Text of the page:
Miller Lite Renews NHMS Sponsorship Hagel Seeks Info On NFL's Military Ties Jaguars President Talks Stadium Upgrades Tweet Pic Of The Day Goodell Vows To Reform Conduct Policy Marriott Will "Review" NFL Sponsorship Oklahoma To Debut Football Uniforms Weekend Plans Crandon Park Tennis Center Expansions In Doubt Huge Early Interest For Royals Playoff Tickets
SBD/6/Collegiate SportsPrint All
The NCAA seal that features a caucasian male and female bowing as victory wreaths are being placed on their heads is quietly being phased out "in a gesture to minority athletes," according to this morning's MILWAUKEE JOURNAL SENTINEL. The seal, the symbol of the NCAA since '49, changed after months of debate among NCAA officials who concluded that "even though there'd been no outcry among minority student-athletes, one day there would be." NCAA's Kathryn Reith: "Certainly there are more than caucasians among NCAA athletes" (MILWAUKEE JOURNAL SENTINEL, 7/6).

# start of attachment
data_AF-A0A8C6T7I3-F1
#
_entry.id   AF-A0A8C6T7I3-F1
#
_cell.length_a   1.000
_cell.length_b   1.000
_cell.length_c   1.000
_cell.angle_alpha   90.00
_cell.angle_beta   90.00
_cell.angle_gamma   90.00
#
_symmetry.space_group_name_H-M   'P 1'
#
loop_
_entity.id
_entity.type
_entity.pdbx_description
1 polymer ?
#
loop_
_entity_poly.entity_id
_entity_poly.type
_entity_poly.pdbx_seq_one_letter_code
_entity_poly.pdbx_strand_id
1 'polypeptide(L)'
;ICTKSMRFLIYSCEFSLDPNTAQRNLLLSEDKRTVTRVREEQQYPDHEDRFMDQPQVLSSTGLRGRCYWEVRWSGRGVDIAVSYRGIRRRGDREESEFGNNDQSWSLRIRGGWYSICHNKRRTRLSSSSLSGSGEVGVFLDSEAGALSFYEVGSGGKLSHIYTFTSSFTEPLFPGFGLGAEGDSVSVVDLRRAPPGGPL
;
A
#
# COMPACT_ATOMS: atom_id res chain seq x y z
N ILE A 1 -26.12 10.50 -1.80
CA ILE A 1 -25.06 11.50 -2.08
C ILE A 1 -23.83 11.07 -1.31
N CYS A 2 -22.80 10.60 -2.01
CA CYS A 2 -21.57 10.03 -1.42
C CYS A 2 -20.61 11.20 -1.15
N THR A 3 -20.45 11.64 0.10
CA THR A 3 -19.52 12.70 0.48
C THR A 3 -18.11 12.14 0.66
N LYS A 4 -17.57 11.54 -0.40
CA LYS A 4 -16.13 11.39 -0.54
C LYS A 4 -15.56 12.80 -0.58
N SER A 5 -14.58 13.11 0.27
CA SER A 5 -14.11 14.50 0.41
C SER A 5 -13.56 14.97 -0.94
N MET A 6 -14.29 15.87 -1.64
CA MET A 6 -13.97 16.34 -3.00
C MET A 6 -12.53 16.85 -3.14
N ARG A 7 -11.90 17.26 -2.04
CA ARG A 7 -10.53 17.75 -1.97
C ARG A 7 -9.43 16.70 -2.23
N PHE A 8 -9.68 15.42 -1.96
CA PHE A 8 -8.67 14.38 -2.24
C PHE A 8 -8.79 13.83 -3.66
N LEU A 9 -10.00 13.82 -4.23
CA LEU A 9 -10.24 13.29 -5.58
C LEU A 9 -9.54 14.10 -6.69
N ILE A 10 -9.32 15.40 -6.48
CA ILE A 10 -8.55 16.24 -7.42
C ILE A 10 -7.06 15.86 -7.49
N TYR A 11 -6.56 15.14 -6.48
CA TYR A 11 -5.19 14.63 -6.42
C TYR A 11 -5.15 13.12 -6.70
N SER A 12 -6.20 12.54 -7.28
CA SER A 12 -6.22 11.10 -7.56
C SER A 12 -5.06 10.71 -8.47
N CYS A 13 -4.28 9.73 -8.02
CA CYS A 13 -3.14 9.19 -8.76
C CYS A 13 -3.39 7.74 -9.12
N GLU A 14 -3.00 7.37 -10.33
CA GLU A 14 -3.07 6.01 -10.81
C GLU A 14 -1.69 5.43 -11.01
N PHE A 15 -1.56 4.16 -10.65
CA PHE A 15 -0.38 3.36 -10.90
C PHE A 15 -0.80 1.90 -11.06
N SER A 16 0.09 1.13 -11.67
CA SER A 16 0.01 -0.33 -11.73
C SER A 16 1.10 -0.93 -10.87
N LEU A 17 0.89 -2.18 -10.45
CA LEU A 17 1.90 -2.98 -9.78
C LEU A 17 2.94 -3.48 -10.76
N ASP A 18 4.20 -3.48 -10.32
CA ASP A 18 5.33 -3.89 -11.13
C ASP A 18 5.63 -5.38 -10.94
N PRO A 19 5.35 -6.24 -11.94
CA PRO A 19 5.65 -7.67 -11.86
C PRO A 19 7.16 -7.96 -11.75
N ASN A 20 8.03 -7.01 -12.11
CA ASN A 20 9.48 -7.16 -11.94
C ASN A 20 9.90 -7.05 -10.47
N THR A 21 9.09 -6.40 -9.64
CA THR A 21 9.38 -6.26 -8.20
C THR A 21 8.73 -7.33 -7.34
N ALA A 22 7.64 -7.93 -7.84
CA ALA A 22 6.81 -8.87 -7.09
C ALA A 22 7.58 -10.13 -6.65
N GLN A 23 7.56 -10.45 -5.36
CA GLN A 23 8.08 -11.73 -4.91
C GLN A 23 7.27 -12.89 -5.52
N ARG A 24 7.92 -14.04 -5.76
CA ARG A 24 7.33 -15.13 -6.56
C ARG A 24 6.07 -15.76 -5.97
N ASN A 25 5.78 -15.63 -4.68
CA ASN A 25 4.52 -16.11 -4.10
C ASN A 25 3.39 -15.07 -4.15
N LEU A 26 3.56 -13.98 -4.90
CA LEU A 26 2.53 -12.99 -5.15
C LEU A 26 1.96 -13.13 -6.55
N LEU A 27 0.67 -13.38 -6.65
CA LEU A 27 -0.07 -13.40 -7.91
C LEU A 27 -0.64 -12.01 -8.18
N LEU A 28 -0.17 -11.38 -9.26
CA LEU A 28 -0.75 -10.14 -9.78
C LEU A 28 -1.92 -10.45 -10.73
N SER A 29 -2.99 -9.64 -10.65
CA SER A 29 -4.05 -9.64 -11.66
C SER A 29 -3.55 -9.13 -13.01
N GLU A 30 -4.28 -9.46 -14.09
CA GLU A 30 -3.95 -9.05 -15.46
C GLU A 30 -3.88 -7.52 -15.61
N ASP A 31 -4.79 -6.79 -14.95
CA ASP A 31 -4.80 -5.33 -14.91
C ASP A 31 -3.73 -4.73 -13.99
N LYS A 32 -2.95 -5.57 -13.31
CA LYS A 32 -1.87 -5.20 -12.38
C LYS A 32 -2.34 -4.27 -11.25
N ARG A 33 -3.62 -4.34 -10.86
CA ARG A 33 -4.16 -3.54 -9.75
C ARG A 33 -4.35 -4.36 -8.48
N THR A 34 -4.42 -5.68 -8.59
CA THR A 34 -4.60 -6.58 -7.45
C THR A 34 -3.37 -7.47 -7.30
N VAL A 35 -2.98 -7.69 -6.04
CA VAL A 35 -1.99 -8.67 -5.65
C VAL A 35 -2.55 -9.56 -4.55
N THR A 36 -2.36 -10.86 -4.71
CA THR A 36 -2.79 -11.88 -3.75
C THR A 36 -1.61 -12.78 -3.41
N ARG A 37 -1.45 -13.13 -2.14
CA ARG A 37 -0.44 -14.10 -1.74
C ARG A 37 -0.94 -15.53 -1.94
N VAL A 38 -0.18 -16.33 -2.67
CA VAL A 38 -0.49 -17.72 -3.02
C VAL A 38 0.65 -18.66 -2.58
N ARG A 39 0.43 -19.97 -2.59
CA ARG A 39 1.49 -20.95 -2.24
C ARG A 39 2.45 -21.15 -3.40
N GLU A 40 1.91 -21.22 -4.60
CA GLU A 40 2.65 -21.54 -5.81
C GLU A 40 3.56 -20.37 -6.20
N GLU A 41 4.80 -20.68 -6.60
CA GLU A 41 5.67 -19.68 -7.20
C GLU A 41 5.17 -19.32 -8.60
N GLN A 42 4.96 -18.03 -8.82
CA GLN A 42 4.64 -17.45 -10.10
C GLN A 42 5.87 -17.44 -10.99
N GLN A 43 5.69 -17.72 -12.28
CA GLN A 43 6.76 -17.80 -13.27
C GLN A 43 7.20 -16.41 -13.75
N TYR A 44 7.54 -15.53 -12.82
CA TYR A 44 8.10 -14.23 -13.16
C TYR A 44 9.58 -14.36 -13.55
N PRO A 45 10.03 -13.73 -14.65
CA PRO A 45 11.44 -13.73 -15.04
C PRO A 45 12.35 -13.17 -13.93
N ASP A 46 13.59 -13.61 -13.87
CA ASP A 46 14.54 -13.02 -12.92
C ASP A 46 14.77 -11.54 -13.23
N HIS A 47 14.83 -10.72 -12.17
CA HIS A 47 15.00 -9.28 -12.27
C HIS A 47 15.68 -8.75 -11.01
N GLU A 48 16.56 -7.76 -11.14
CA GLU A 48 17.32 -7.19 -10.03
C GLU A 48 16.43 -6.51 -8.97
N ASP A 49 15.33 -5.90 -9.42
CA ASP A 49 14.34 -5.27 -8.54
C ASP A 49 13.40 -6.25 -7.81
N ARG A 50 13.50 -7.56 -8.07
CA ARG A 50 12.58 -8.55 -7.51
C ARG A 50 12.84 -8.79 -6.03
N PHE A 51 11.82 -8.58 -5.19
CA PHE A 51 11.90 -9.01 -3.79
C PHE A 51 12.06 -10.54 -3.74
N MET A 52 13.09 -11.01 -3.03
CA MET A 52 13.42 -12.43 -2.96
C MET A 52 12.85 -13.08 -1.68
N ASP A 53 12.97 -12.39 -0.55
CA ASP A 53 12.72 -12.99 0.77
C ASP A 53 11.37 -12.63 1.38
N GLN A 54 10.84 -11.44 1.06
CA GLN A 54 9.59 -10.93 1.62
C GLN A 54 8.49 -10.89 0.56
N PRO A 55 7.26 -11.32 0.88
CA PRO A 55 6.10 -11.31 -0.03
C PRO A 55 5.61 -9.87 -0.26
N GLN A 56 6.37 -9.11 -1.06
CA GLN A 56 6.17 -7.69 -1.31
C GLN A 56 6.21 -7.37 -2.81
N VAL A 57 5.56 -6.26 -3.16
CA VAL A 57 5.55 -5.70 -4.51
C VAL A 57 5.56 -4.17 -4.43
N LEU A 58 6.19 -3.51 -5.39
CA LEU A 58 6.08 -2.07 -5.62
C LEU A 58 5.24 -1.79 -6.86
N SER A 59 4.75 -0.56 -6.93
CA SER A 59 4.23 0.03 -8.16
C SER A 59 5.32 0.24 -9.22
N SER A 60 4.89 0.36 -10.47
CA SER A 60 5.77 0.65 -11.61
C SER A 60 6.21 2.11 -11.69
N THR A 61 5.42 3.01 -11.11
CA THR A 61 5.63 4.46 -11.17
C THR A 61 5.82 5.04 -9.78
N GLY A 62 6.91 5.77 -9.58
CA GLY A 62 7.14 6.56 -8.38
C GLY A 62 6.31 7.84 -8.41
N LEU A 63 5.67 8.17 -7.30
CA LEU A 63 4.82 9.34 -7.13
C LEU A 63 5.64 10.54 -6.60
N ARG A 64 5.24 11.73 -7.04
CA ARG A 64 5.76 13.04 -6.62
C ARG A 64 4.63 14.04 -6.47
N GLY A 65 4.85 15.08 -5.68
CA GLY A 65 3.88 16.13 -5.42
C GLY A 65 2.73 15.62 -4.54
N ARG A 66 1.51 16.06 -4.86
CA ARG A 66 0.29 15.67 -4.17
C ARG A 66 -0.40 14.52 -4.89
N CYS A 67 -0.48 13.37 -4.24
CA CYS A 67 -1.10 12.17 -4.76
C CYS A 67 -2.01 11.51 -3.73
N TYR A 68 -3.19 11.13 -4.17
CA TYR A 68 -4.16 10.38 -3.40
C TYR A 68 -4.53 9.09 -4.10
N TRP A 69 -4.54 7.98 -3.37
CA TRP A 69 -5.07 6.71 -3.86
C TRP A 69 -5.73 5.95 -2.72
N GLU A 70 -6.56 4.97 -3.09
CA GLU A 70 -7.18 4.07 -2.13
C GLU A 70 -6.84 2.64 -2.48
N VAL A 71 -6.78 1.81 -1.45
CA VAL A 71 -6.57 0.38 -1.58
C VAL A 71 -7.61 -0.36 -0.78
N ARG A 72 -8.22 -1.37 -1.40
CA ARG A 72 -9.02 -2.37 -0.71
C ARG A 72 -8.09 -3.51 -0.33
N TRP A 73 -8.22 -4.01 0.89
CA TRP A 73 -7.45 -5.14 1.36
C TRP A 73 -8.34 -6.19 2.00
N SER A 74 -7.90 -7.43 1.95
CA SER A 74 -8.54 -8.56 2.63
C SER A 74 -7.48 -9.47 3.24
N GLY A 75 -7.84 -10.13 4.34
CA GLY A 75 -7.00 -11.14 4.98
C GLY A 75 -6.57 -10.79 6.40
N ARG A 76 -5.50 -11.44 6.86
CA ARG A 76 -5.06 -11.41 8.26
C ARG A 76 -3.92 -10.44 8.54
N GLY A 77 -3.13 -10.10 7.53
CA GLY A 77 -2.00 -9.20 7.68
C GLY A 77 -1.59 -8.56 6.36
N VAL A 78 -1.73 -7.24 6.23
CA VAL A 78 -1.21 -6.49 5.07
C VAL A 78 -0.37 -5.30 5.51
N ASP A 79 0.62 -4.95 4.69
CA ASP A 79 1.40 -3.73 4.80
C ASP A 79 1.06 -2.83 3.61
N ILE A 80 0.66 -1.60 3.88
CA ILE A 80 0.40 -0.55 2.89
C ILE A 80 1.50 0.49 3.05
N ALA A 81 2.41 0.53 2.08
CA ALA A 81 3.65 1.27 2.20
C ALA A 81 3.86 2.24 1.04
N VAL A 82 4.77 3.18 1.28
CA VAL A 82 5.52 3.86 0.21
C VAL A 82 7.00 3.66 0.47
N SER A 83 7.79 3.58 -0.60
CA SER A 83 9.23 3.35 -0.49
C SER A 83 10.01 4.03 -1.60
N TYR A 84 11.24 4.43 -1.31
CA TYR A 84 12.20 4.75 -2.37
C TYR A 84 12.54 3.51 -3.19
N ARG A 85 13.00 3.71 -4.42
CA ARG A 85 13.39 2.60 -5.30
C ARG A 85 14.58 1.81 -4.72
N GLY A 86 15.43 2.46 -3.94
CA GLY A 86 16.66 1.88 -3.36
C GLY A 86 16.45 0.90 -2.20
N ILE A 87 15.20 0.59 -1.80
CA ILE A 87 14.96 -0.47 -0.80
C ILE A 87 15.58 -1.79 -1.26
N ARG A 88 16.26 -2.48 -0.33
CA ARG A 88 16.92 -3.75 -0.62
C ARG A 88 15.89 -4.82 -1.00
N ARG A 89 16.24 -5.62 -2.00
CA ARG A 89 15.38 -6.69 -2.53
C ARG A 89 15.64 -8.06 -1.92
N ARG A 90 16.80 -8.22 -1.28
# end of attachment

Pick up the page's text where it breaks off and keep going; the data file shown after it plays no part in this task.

San Jose and Philadelphia have been recommended by the NCAA Women's Basketball Committee to host the '99 and 2000 Women's Final Fours. Stanford will host the '99 event at the San Jose Arena. Penn and St. Joseph's will co-host the 2000 Final Four at the CoreStates Arena (NCAA). Atlantic Ten Commissioner Linda Bruno, who heads the NCAA tournament committee: "In the past, we worried about going to a big city in that we might get lost among other events. But we saw in Atlanta in 1993 that that is no longer a cause for concern." Charlotte will host next year's event, followed by Cincinnati in '97 and Kansas City in '98. Sacramento, Orlando and Atlanta were also considered for the events (Mel Greenberg, PHILADELPHIA INQUIRER, 7/6). REGIONAL SITES: Following are committee's recommended regional sites for the '98 and '99 women's tournament: East -- Dayton ('98), Greensboro ('99); Mideast -- Nashville ('98), Cincinnati ('99); Midwest -- Lubbock ('98), Normal, IL ('99); West -- Oakland ('98), Los Angeles ('99) (NCAA).